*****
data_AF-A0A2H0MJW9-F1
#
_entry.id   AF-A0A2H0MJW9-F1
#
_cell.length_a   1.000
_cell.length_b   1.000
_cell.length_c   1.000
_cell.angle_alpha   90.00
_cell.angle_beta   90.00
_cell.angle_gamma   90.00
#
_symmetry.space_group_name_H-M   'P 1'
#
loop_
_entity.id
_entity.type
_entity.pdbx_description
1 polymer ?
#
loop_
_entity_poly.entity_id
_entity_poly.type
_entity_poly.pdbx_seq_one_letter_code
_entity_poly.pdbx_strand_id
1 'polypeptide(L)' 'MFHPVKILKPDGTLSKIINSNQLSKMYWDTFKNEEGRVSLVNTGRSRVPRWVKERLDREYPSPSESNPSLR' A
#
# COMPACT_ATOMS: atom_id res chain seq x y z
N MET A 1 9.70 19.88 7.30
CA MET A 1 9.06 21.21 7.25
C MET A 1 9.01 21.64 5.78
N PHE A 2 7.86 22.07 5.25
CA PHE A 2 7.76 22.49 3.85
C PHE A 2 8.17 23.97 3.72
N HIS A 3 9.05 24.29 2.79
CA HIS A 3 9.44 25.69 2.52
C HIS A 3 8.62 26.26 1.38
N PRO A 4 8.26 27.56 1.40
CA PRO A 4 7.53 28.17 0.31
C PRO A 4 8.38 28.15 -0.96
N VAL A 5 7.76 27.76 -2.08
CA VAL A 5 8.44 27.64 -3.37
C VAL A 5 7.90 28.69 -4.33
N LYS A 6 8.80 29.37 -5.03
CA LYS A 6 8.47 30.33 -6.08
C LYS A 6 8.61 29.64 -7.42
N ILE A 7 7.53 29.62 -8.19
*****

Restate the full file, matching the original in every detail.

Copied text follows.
data_AF-A0A2H0MJW9-F1
#
_entry.id   AF-A0A2H0MJW9-F1
#
_cell.length_a   1.000
_cell.length_b   1.000
_cell.length_c   1.000
_cell.angle_alpha   90.00
_cell.angle_beta   90.00
_cell.angle_gamma   90.00
#
_symmetry.space_group_name_H-M   'P 1'
#
loop_
_entity.id
_entity.type
_entity.pdbx_description
1 polymer ?
#
loop_
_entity_poly.entity_id
_entity_poly.type
_entity_poly.pdbx_seq_one_letter_code
_entity_poly.pdbx_strand_id
1 'polypeptide(L)' 'MFHPVKILKPDGTLSKIINSNQLSKMYWDTFKNEEGRVSLVNTGRSRVPRWVKERLDREYPSPSESNPSLR' A
#
# COMPACT_ATOMS: atom_id res chain seq x y z
N MET A 1 9.70 19.88 7.30
CA MET A 1 9.06 21.21 7.25
C MET A 1 9.01 21.64 5.78
N PHE A 2 7.86 22.07 5.25
CA PHE A 2 7.76 22.49 3.85
C PHE A 2 8.17 23.97 3.72
N HIS A 3 9.05 24.29 2.79
CA HIS A 3 9.44 25.69 2.52
C HIS A 3 8.62 26.26 1.38
N PRO A 4 8.26 27.56 1.40
CA PRO A 4 7.53 28.17 0.31
C PRO A 4 8.38 28.15 -0.96
N VAL A 5 7.76 27.76 -2.08
CA VAL A 5 8.44 27.64 -3.37
C VAL A 5 7.90 28.69 -4.33
N LYS A 6 8.80 29.37 -5.03
CA LYS A 6 8.47 30.33 -6.08
C LYS A 6 8.61 29.64 -7.42
N ILE A 7 7.53 29.62 -8.19